George Zimmerman’s ugly divorce took a disturbing twist Wednesday when his estranged wife said he nailed a bullet-riddled bull’s-eye to a wall of her parents’ house.
We were bored and didn’t have anything to do, so we decided to kill somebody.
Nobody really doubts that law enforcement will only become more brutal and violent to accommodate the brutality and violence of our legal rules. But that isn’t what’s actually bothering Sheriff David Morgan this week. What bothers him is that Americans are still capable of outrage when innocent people are brutalized in their homes by his police officers. What should bother the rest of us is that he is not.
If more men spoke up before, during, or after incidents of verbal, physical, or sexual abuse by their peers, they would help to create a climate where the abuse of women—emotional, physical, sexual—would be stigmatized and seen as incompatible with male group norms. That is, a man who engaged in such behavior would lose status among his male peers and forfeit the approval of older males.
Ultimately, this would cause a shift in male culture such that some men’s sexist abuse of women and girls would be regarded—by other men—not only as distasteful but as utterly unacceptable. In this new climate, individuals would be strongly discouraged from acting out in abusive ways because of the anticipated negative consequences: loss of respect, friends, and status, and greater likelihood of facing both legal and non-legal sanctions.
In fact, if men’s violence against women truly carried a significant stigma in male culture, it is possible that most incidents of sexist abuse would never happen. This is because contrary to popular myth, the vast majority of boys and men who assault, harass, and bully girls and women are not sociopaths. They are average guys. Many of them see the sexist treatment of women as normal.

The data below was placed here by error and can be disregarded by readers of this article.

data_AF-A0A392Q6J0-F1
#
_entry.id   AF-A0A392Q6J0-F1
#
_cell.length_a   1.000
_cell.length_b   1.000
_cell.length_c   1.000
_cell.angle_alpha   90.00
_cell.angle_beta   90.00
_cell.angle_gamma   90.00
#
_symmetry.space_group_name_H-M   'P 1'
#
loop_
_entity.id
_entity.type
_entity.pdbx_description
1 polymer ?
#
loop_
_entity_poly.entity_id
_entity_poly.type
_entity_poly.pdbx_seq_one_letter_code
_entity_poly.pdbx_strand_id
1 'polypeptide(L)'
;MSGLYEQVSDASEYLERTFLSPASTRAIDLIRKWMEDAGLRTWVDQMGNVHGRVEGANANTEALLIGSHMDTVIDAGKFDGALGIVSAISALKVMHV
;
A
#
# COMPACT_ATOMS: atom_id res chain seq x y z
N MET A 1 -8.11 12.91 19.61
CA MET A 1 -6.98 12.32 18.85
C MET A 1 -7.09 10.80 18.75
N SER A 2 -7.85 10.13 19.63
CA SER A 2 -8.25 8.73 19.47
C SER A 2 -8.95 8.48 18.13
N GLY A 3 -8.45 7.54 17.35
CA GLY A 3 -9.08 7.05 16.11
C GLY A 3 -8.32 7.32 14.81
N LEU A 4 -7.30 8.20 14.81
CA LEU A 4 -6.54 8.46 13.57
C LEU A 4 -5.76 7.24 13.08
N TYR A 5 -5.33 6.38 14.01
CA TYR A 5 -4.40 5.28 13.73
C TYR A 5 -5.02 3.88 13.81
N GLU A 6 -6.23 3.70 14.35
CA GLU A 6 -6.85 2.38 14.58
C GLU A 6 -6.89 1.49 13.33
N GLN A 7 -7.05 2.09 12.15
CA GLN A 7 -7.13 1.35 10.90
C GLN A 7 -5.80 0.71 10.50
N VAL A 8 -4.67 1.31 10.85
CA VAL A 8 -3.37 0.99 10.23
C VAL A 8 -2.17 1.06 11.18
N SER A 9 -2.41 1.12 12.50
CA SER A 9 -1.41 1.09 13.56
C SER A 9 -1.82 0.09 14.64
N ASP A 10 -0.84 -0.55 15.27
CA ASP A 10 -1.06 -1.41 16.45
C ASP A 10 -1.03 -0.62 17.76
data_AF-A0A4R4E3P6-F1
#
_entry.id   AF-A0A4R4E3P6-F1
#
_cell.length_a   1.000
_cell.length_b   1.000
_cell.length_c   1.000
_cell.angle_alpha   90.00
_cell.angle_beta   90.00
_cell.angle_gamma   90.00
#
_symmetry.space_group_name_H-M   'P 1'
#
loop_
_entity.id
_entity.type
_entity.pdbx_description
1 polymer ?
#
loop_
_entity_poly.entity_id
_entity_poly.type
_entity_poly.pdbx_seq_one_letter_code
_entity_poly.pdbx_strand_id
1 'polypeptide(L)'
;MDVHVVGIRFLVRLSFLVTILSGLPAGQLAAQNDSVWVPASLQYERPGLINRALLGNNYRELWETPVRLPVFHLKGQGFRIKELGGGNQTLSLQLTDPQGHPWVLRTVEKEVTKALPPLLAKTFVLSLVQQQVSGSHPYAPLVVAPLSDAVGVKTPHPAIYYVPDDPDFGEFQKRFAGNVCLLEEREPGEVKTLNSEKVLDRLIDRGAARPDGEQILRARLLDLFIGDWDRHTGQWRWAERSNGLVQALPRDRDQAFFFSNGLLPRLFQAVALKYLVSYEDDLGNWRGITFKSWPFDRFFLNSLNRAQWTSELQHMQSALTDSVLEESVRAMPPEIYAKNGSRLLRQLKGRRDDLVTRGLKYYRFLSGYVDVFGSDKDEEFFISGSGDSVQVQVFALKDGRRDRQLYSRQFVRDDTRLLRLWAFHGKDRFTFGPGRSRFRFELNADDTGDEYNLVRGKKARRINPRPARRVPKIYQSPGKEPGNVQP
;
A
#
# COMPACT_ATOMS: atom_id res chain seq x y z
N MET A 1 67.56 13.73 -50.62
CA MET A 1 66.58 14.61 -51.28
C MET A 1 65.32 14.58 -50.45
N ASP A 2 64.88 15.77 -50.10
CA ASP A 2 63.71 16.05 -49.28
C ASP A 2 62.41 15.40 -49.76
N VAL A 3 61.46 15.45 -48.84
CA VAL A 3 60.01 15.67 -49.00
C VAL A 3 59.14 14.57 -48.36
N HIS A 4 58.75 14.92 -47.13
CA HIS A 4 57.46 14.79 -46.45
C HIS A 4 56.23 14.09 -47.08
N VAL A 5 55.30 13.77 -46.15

When cops in a Rialto, California were forced to wear cameras, their use of force dropped by over two-thirds. Additionally, the officers who were not made to wear the cameras used force twice as much as those who did. This strongly suggests the majority of the time police use force is unnecessary. In other words, the majority of the time these officers used force they were simply committing acts of violence which they don’t feel comfortable committing if it’s captured on film. From The New York Times: HERE’S a fraught encounter: one police officer, one civilian and anger felt by one or both. Afterward, it may be hard to sort out who did what to whom. Now, some police departments are using miniaturized video cameras and their microphones to capture, in full detail, officers’ interactions with civilians. The cameras are so small that they can be attached to a collar, a cap or even to the side of an officer’s sunglasses. High-capacity battery packs can last for an extended shift. And all of the videos are uploaded automatically to a central server that serves as a kind of digital evidence locker. William A. Farrar, the police chief in Rialto, Calif., has been investigating whether officers’ use of video cameras can bring measurable benefits to relations between the police and civilians. Officers in Rialto, which has a population of about 100,000, already carry Taser weapons equipped with small video cameras that activate when the weapon is armed, and the officers have long worn digital audio recorders. But when Mr. Farrar told his uniformed patrol officers of his plans to introduce the new, wearable video cameras, “it wasn’t the easiest sell,” he said, especially to some older officers who initially were “questioning why ‘big brother’ should see everything they do.” He said he reminded them that civilians could use their cellphones to record interactions, “so instead of relying on somebody else’s partial picture of what occurred, why not have your own?” he asked. “In this way, you have the real one.” Last year, Mr. Farrar used the new wearable video cameras to conduct a continuing experiment in his department, in collaboration with Barak Ariel, a visiting fellow at the Institute of Criminology at the University of Cambridge and an assistant professor at Hebrew University.